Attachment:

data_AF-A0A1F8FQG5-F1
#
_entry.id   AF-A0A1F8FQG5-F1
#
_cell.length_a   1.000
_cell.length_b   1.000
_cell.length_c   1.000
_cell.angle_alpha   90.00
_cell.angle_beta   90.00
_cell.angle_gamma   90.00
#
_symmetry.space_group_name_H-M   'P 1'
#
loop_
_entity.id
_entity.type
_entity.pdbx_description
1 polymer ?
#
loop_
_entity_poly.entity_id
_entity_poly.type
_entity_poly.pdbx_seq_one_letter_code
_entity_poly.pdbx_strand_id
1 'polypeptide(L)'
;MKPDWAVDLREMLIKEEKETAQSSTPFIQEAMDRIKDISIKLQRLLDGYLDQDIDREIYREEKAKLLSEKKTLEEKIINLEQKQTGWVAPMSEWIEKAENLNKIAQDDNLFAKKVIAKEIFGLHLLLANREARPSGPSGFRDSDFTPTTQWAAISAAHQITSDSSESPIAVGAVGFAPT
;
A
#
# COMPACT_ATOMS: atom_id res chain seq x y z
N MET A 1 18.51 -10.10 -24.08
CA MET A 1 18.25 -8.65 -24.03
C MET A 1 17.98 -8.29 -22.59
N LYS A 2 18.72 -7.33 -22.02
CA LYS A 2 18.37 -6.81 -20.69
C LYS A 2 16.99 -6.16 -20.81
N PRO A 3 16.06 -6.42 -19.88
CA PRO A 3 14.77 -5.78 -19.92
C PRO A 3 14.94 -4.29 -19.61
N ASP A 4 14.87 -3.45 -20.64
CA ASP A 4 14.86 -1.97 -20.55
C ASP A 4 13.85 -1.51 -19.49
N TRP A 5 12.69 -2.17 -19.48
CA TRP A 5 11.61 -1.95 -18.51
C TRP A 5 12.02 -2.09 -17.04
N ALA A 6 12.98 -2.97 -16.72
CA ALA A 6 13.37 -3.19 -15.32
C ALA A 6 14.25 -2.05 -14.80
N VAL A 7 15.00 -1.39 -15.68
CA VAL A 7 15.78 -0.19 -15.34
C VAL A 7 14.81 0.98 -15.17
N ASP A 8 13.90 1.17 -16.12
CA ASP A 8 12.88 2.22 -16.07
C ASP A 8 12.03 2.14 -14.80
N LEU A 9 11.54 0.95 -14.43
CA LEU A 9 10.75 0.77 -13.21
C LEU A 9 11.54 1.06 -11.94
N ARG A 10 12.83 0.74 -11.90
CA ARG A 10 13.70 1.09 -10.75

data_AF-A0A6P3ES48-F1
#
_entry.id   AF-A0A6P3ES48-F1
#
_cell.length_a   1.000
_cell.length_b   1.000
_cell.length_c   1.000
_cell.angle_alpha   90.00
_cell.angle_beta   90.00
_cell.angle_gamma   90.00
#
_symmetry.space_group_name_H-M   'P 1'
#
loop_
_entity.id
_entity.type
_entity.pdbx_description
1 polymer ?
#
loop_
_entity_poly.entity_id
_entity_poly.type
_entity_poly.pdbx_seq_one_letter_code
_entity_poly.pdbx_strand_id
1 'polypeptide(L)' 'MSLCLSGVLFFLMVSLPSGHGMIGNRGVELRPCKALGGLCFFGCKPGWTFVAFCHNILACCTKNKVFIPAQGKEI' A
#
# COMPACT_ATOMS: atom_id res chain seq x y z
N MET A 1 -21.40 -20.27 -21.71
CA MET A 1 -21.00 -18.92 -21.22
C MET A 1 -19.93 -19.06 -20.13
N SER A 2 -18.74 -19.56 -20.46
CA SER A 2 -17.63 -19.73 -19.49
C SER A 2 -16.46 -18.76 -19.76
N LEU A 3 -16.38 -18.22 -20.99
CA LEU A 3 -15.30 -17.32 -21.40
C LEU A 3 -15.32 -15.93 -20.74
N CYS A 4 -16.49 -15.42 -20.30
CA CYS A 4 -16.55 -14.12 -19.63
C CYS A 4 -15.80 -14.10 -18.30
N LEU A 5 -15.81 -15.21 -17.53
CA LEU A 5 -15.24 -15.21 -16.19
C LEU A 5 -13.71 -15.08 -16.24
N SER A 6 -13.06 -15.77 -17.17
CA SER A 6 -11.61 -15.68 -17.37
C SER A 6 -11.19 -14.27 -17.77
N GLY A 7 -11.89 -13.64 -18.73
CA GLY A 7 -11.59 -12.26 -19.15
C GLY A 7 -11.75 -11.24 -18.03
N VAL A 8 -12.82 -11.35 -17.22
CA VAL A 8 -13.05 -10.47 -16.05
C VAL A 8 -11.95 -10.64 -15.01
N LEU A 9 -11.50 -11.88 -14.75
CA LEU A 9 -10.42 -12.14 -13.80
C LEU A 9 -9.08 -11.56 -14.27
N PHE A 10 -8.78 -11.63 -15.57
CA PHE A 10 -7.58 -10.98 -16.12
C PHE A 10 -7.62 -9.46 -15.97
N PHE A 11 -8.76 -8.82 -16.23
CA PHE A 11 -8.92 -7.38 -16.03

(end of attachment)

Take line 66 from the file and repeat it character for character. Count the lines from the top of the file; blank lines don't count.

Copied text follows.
_cell.length_c   1.000